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The Japanese ski town that wants Singaporeans to move in

Less developed than Niseko and with more powder snow to boot, Kiroro is the Hokkaido winter wonderland that’s ready for you to visit – maybe for longer than a short vacation.

The Japanese ski town that wants Singaporeans to move in

Kiroro receives an annual snowfall of around 21m. (Photo: Kiroro Resort)

I dream of winter weather constantly. It is a direct effect of living in Singapore, an island strapped to planet Earth’s armpit, the equator.

When I was about eight years old and the teacher asked the class what we wanted to be when we grew up, I’m pretty sure I answered: Cold. That’s 15 policemen, 10 firefighters, six astronauts, four businessmen, and one little boy who just wanted to not be moist.

Like many of my fellow citizens of SweatyLand, I think frigid thoughts whenever I find myself trapped in the scorching heatscape that is scientifically known as “between the car and the building”. “Why?” I ask, sometimes aloud to startled pedestrians in my path. “Why can’t we have wonderful, seasonal, cold weather in Singapore?”

My friends explain to me that the answer is: Science. And while I understand that, shouldn’t the advantage of being a very small country be that some genius can figure out how to just tow us to cold weather? Again, my friends explain to me: Science.

In January, I found myself in Kiroro – a relatively undiscovered Japanese ski haven in Hokkaido. Here, snow sticks to the branches of temporarily barren cherry blossom trees like soap suds to a cat’s tail. It is a beautiful frozen landscape that’s blanketed white, with visibility heavily obscured by a never-ending flurry of what looks like finely shaved ice confetti.

It is pure magic.

A beautiful frozen landscape of ice and powder snow. (Photo: Kiroro Resort)
A winter wonderland for ski enthusiasts. (Photo: Kiroro Resort)


The snow falls constantly in winter, building to an average of 21m annually. When I first arrived, 10m of the good white stuff had already fallen – with about three months of ski season to go. Snow banks along the narrow, winding road, carved up by hardworking ploughs, towered majestically over passing vehicles. From inside our van, I imagined this must be what it looks like to an ant tunnelling through meringue.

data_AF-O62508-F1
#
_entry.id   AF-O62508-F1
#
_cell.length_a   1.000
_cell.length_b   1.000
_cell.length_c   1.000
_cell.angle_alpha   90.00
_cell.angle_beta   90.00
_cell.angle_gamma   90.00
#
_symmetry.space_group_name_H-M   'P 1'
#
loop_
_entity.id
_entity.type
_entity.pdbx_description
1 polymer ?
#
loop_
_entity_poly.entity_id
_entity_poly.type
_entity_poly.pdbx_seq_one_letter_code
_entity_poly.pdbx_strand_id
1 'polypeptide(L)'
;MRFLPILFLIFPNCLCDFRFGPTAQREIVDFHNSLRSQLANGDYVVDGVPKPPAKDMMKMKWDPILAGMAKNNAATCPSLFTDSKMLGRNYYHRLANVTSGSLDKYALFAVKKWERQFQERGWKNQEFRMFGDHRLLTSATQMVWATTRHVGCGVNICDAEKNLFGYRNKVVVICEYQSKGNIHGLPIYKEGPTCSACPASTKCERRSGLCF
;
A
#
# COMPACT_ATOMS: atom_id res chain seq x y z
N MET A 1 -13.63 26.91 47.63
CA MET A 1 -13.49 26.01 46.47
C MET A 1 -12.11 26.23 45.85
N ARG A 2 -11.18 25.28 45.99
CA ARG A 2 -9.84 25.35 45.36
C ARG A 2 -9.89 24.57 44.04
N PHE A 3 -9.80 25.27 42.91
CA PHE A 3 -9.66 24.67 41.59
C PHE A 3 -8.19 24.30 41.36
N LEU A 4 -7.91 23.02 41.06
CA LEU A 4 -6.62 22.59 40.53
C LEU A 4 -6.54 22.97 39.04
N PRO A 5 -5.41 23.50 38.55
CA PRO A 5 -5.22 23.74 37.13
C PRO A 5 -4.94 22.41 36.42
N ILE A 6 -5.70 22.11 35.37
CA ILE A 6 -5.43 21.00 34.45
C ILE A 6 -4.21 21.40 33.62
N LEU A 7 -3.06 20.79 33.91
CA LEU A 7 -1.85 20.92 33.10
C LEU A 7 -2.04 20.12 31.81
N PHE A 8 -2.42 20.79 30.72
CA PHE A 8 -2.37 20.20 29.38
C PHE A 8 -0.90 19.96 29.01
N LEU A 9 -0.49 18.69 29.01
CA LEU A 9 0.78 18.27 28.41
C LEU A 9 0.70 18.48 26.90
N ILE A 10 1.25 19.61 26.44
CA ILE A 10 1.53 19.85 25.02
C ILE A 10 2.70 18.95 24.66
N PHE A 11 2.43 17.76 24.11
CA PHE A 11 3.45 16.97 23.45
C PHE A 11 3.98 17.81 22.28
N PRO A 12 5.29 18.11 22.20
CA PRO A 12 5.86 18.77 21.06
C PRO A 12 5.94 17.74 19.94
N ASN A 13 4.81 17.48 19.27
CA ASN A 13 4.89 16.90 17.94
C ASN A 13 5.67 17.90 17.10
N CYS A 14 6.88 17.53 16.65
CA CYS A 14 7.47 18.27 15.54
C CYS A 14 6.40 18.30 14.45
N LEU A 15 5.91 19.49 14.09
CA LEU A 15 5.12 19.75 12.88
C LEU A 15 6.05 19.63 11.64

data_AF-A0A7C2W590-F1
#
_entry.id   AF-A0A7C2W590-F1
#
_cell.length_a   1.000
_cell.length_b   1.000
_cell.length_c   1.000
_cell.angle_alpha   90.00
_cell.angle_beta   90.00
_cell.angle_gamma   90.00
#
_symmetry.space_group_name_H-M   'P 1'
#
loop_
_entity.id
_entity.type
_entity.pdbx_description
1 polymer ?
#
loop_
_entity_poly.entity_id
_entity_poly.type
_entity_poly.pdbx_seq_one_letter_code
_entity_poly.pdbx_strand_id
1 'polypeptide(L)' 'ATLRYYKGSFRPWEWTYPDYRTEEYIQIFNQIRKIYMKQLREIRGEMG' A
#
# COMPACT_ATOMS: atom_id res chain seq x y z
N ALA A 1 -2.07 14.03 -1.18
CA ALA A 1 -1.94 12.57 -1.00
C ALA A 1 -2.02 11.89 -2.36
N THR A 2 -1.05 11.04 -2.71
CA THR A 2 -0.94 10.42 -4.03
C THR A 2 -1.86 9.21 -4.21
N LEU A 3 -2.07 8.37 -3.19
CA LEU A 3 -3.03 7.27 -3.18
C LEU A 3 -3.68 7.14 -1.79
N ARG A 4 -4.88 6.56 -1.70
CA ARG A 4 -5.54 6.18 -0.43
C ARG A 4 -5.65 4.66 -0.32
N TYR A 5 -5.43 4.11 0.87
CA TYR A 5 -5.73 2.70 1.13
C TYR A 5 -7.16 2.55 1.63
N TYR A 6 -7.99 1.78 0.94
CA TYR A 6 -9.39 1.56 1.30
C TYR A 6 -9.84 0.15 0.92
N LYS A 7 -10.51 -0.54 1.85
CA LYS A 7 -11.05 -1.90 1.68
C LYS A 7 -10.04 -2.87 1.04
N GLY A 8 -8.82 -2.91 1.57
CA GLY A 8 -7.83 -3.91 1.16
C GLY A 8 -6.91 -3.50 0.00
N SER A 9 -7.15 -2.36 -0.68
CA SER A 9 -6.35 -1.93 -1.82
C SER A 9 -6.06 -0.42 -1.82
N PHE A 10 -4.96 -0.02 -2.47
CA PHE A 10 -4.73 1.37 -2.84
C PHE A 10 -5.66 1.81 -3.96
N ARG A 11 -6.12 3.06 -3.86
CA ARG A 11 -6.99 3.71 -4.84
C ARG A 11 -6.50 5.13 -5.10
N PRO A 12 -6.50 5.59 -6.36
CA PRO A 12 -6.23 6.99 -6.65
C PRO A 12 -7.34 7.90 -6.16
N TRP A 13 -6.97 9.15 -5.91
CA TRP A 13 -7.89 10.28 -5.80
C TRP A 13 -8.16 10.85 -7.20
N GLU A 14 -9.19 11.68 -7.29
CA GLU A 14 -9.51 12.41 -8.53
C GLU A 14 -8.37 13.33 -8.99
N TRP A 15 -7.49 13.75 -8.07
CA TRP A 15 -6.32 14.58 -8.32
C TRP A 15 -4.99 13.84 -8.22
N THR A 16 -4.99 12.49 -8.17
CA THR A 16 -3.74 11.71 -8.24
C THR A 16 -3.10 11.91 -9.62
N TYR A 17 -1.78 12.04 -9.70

Kiroro is situated on the western slopes of Asaridake, about a two-hour drive from New Chitose Airport, and about an hour’s drive west from Sapporo. This region often benefits from the most snowfall in Hokkaido and, because of things related to geography that I won’t pretend to understand, the snow here is of the highly-prized, dry “powder” variety.

Even in summer, when lush summer forests reign supreme and the delectable uni (sea urchin) markets are in full swing, the temperature hovers in the glorious low-20s. It is, simply put, a dream for those seeking asylum from the wicked heat.

On my first afternoon exploring the great outdoors that is the smoking area of Kiroro Resort, I saw a little Japanese girl traipse knee-deep into ankle-high snow, casually shrugging off her winter coat to reveal a blue, sequined Queen Elsa costume complete with fabulous cape. Her father, bundled in layers of thermal ski clothes, was right behind, trying to keep his shivering to a minimum as he dutifully shot his daughter’s one-woman musical extravaganza, The Songs Of Frozen, Where None Of The Words Are Even Remotely Correct.

Kiroro Resort features a hotel and bar constructed out of, well, ice. (Photo: Kiroro Resort)
Cold drinks in a colder ice bar. (Photo: Kiroro Resort)
Fresh seafood is a major component of any trip to Hokkaido. (Photo: Kiroro Resort)
Summer is uni season in Hokkaido. (Photo: Kiroro Resort)

Yes, Kiroro is quieter than its more famous neighbour, Niseko. It is less developed, less of a party town, and a little more family-friendly. According to one of the hospitality managers I spoke to casually, more than 10 people in Niseko get sent to the hospital every day during ski season for broken bones. These are not injuries from gruesome ski accidents, apparently, but from slipping on the icy streets after enjoying too much sake. This, of course, was told to me over a lot of sake – in a bar entirely carved out of slippery ice.

I nodded along attentively, basking in the bracing cold, with a smile you could not wipe off my face because, well, that was how my face froze.


Having astonishingly survived my night of industry gossip and sake without breaking any bones, I found myself facing a day filled with more opportunities to submit a travel insurance claim for a Medivac ride to the hospital: My very first ski day.

I had never skied before. This had proven to be quite the interesting fact to friends and Facebook acquaintances over the years.

“But you love winter!” they’d exclaim. “How can you never have gone skiing?” This was usually an excuse for them to show off pictures of their children conquering slopes like little Alpine Asian Hobbits in the most hideous shades of neon pink.

It is relatively new, this phenomenon of having my Facebook feed populated by pictures of Singaporeans skiing. We might not be natural-born winter babies in the tropics, but, according to Benjamin Lam, President and Representative Director of Kiroro Resort Development Co Ltd, Asia Pacific skiers now make up over 20 per cent of the world’s skiers – coming in third after Europe and America.